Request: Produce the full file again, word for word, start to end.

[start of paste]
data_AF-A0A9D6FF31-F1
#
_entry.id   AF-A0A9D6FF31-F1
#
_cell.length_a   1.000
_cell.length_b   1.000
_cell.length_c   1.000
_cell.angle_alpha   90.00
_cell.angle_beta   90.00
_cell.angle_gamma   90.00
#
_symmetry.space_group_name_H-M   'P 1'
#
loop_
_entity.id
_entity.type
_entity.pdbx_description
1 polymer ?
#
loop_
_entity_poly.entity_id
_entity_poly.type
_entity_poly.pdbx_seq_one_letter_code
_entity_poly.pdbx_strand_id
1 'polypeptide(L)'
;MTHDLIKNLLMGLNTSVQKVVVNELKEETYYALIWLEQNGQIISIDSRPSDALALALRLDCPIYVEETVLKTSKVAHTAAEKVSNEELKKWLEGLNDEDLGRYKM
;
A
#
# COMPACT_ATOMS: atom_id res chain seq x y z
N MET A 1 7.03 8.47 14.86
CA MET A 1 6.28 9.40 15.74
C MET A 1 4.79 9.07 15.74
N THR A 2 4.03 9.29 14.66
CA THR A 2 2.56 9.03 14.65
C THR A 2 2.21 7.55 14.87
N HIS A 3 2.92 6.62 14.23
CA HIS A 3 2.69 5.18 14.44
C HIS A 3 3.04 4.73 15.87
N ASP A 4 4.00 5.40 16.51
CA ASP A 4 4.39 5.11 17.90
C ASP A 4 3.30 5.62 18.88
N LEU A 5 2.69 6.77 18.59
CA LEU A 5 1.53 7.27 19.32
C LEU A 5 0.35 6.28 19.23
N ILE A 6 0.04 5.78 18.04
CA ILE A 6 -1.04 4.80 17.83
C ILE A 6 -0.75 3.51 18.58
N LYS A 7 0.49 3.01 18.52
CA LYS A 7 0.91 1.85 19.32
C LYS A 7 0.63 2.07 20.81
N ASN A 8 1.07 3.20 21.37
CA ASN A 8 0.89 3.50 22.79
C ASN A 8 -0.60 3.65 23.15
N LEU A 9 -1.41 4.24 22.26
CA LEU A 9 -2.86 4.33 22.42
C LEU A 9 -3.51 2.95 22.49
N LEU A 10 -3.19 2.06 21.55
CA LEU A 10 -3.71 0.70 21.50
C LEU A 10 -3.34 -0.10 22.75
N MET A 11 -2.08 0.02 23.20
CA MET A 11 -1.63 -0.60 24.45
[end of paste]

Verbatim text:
data_AF-A0A9D6FF31-F1
#
_entry.id   AF-A0A9D6FF31-F1
#
_cell.length_a   1.000
_cell.length_b   1.000
_cell.length_c   1.000
_cell.angle_alpha   90.00
_cell.angle_beta   90.00
_cell.angle_gamma   90.00
#
_symmetry.space_group_name_H-M   'P 1'
#
loop_
_entity.id
_entity.type
_entity.pdbx_description
1 polymer ?
#
loop_
_entity_poly.entity_id
_entity_poly.type
_entity_poly.pdbx_seq_one_letter_code
_entity_poly.pdbx_strand_id
1 'polypeptide(L)'
;MTHDLIKNLLMGLNTSVQKVVVNELKEETYYALIWLEQNGQIISIDSRPSDALALALRLDCPIYVEETVLKTSKVAHTAAEKVSNEELKKWLEGLNDEDLGRYKM
;
A
#
# COMPACT_ATOMS: atom_id res chain seq x y z
N MET A 1 7.03 8.47 14.86
CA MET A 1 6.28 9.40 15.74
C MET A 1 4.79 9.07 15.74
N THR A 2 4.03 9.29 14.66
CA THR A 2 2.56 9.03 14.65
C THR A 2 2.21 7.55 14.87
N HIS A 3 2.92 6.62 14.23
CA HIS A 3 2.69 5.18 14.44
C HIS A 3 3.04 4.73 15.87
N ASP A 4 4.00 5.40 16.51
CA ASP A 4 4.39 5.11 17.90
C ASP A 4 3.30 5.62 18.88
N LEU A 5 2.69 6.77 18.59
CA LEU A 5 1.53 7.27 19.32
C LEU A 5 0.35 6.28 19.23
N ILE A 6 0.04 5.78 18.04
CA ILE A 6 -1.04 4.80 17.83
C ILE A 6 -0.75 3.51 18.58
N LYS A 7 0.49 3.01 18.52
CA LYS A 7 0.91 1.85 19.32
C LYS A 7 0.63 2.07 20.81
N ASN A 8 1.07 3.20 21.37
CA ASN A 8 0.89 3.50 22.79
C ASN A 8 -0.60 3.65 23.15
N LEU A 9 -1.41 4.24 22.26
CA LEU A 9 -2.86 4.33 22.42
C LEU A 9 -3.51 2.95 22.49
N LEU A 10 -3.19 2.06 21.55
CA LEU A 10 -3.71 0.70 21.50
C LEU A 10 -3.34 -0.10 22.75
N MET A 11 -2.08 0.02 23.20
CA MET A 11 -1.63 -0.60 24.45